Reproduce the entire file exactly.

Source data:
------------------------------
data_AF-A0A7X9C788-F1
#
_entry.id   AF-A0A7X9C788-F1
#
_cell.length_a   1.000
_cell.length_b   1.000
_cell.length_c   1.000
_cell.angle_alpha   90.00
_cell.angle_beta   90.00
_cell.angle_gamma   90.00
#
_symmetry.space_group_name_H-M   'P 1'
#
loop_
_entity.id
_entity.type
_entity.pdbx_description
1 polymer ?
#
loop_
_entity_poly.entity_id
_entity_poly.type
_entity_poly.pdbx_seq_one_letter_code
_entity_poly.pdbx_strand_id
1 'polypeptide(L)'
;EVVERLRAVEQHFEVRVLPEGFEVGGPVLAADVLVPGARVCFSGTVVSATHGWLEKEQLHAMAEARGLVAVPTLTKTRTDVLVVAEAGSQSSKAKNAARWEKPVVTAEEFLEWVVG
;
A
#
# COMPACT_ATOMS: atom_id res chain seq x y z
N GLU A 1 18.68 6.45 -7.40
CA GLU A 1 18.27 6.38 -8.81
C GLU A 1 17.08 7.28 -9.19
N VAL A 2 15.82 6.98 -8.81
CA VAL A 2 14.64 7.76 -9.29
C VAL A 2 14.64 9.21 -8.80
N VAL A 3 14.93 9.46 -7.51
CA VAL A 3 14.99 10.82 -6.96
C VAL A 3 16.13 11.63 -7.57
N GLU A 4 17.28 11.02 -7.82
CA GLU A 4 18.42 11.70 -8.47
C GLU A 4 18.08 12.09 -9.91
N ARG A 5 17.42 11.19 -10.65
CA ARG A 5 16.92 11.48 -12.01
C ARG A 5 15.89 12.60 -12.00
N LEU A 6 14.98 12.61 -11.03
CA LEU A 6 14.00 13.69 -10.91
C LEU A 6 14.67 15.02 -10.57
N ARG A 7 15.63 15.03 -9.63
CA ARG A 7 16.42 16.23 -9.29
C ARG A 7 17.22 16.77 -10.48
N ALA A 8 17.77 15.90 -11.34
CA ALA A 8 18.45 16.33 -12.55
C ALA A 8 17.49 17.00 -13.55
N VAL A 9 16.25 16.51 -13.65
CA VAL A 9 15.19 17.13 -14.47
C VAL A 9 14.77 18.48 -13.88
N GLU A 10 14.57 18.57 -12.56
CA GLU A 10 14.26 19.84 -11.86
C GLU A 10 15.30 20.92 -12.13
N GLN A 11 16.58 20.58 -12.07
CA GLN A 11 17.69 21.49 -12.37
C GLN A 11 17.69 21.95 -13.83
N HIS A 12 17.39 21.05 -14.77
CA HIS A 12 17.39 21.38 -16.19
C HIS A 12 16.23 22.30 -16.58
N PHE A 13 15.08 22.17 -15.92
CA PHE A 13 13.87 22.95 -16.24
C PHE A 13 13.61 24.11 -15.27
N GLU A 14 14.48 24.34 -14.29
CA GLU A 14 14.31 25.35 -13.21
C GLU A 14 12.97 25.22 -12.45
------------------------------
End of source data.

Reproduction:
data_AF-A0A7X9C788-F1
#
_entry.id   AF-A0A7X9C788-F1
#
_cell.length_a   1.000
_cell.length_b   1.000
_cell.length_c   1.000
_cell.angle_alpha   90.00
_cell.angle_beta   90.00
_cell.angle_gamma   90.00
#
_symmetry.space_group_name_H-M   'P 1'
#
loop_
_entity.id
_entity.type
_entity.pdbx_description
1 polymer ?
#
loop_
_entity_poly.entity_id
_entity_poly.type
_entity_poly.pdbx_seq_one_letter_code
_entity_poly.pdbx_strand_id
1 'polypeptide(L)'
;EVVERLRAVEQHFEVRVLPEGFEVGGPVLAADVLVPGARVCFSGTVVSATHGWLEKEQLHAMAEARGLVAVPTLTKTRTDVLVVAEAGSQSSKAKNAARWEKPVVTAEEFLEWVVG
;
A
#
# COMPACT_ATOMS: atom_id res chain seq x y z
N GLU A 1 18.68 6.45 -7.40
CA GLU A 1 18.27 6.38 -8.81
C GLU A 1 17.08 7.28 -9.19
N VAL A 2 15.82 6.98 -8.81
CA VAL A 2 14.64 7.76 -9.29
C VAL A 2 14.64 9.21 -8.80
N VAL A 3 14.93 9.46 -7.51
CA VAL A 3 14.99 10.82 -6.96
C VAL A 3 16.13 11.63 -7.57
N GLU A 4 17.28 11.02 -7.82
CA GLU A 4 18.42 11.70 -8.47
C GLU A 4 18.08 12.09 -9.91
N ARG A 5 17.42 11.19 -10.65
CA ARG A 5 16.92 11.48 -12.01
C ARG A 5 15.89 12.60 -12.00
N LEU A 6 14.98 12.61 -11.03
CA LEU A 6 14.00 13.69 -10.91
C LEU A 6 14.67 15.02 -10.57
N ARG A 7 15.63 15.03 -9.63
CA ARG A 7 16.42 16.23 -9.29
C ARG A 7 17.22 16.77 -10.48
N ALA A 8 17.77 15.90 -11.34
CA ALA A 8 18.45 16.33 -12.55
C ALA A 8 17.49 17.00 -13.55
N VAL A 9 16.25 16.51 -13.65
CA VAL A 9 15.19 17.13 -14.47
C VAL A 9 14.77 18.48 -13.88
N GLU A 10 14.57 18.57 -12.56
CA GLU A 10 14.26 19.84 -11.86
C GLU A 10 15.30 20.92 -12.13
N GLN A 11 16.58 20.58 -12.07
CA GLN A 11 17.69 21.49 -12.37
C GLN A 11 17.69 21.95 -13.83
N HIS A 12 17.39 21.05 -14.77
CA HIS A 12 17.39 21.38 -16.19
C HIS A 12 16.23 22.30 -16.58
N PHE A 13 15.08 22.17 -15.92
CA PHE A 13 13.87 22.95 -16.24
C PHE A 13 13.61 24.11 -15.27
N GLU A 14 14.48 24.34 -14.29
CA GLU A 14 14.31 25.35 -13.21
C GLU A 14 12.97 25.22 -12.45